Home energy management action plan: Part 2
Practical ways to take action
If you’ve already read Part 1: Understanding energy management and your energy consumption, you’ll know that home energy management looks different for every household. Your electricity costs can be impacted by everything from your habits and housemates to your heating, cooling and home design.
In this second part of our three-part blog series, we’ll look at some practical ways you could reduce the energy consumption in your home.
Look for easy wins first
As you begin to create your energy management plan, you could find some easy wins. For example, you might decide it’s time to sell your second fridge to help save energy and make some extra cash.
You could also find that some simple maintenance could help your appliances run more efficiently. For example, it might be time to book in a service for your air conditioning or make time to clean out your freezer. Always follow manufacturer instructions.
Try this: Use our Synergy Energy Tool to explore what is likely to make up your energy consumption.
Consider upgrading your older appliances
If you’re looking for a simple but potentially effective way to invest in your energy management, you could consider upgrading some of your appliances to more efficient models. If you’re using older appliances, there’s every chance that a more energy-efficient model is now on the market - so it’s worth doing your homework.
Try this: Look for energy-rating labels. These are regulated by the Australian Government for a range of appliances, making it easy for you to compare the energy use of new appliances. You’ll probably pay more for a higher energy star-rated appliance, but a more efficient appliance generally uses less power than a less efficient option.
Commit to some new habits
Get your family or housemates on board to work out some behaviour changes you could all try to help reduce your energy use. For example, you could find a lot of your devices and consoles don’t need to be left on charge constantly, or your microwave can be easily switched off between uses.
If yours is like most households, your heating and air conditioning accounts for the majority of electricity consumption. If you can change some of your habits or invest in more efficient heating and cooling systems, this could help you reduce your overall energy consumption.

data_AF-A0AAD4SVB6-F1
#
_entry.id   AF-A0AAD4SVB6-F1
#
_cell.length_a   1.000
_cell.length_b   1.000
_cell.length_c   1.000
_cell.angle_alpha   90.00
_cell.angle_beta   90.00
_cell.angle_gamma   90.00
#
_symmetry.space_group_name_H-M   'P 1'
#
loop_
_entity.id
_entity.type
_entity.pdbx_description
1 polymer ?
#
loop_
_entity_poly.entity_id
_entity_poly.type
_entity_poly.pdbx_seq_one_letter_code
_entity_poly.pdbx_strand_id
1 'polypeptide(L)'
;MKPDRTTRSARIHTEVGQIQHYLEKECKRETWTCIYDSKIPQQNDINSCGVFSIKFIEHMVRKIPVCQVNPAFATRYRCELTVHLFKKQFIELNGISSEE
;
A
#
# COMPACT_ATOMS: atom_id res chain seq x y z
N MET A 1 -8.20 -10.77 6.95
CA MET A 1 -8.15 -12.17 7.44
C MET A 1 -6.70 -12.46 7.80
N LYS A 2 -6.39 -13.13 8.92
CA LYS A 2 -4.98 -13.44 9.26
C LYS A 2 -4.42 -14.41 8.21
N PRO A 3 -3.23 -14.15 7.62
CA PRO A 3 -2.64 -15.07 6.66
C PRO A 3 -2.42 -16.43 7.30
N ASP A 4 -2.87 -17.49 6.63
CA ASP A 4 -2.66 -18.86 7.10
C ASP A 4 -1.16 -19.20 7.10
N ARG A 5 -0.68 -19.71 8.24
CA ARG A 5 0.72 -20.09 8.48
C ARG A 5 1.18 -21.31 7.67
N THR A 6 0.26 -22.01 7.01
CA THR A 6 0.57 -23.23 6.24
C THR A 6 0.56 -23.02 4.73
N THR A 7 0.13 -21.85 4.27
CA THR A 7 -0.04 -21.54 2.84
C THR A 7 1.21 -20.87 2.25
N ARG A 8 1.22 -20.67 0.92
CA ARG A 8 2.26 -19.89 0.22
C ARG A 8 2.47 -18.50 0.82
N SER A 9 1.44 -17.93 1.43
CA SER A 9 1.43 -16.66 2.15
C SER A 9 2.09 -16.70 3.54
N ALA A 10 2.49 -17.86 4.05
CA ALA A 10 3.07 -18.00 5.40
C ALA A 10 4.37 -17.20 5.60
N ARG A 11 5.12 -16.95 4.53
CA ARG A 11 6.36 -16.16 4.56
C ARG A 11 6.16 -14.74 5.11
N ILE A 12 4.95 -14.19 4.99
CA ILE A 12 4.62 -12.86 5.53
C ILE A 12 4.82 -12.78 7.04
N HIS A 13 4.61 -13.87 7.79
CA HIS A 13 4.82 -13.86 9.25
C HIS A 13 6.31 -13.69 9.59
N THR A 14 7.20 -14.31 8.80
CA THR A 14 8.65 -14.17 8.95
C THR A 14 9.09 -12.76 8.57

Remember to take the change of seasons into account too. Most people consume more electricity during the summer and winter months when they cool or heat their homes. Knowing this, you can plan ahead for the changes you can make.
Try this: Make a habit of regularly checking your electricity consumption data in My Account. This way, you’ll have a clear picture of how your electricity consumption is tracking. This gives you more control over your account and could help you to avoid any nasty surprises with your electricity bill.
Be a solar super-user
Having a rooftop solar system could be a way to reduce your electricity bills, as you could draw less from the grid during the day by using electricity generated by your solar panels.
If you already have solar, you could find that a few simple behaviour changes could help you to make the most of the energy your system generates. For example, set a timer to schedule appliances such as your washing machine to come on when your solar system is generating energy in the sunniest parts of the day when you might not be home, and the electricity would otherwise be exported to the grid.
Try this: Find out how to make the most of your solar system in A day in the life of a solar super-user.
Electrification means using electricity to power our homes, transport and workplaces. The more electricity that can be sourced from renewable energy sources, such as solar, wind and hydro technology, and the more we can collectively electrify our lives using renewables, the more emissions we could reduce.
If your hot water system, space heater or cooktop are currently powered by gas, consider switching these appliances to the electric versions as part of your home energy management.
Try this: Consider which appliances you could electrify in your home before they come to the end of their life. This way, you’ll be ready to make the switch when they need replacing.
Take the next steps
Once you’ve found some practical ways to take control of your energy consumption, you’re ready to set up a plan for ongoing monitoring and management.
Check out Part 3: Monitoring progress and managing your Synergy account to complete this blog series.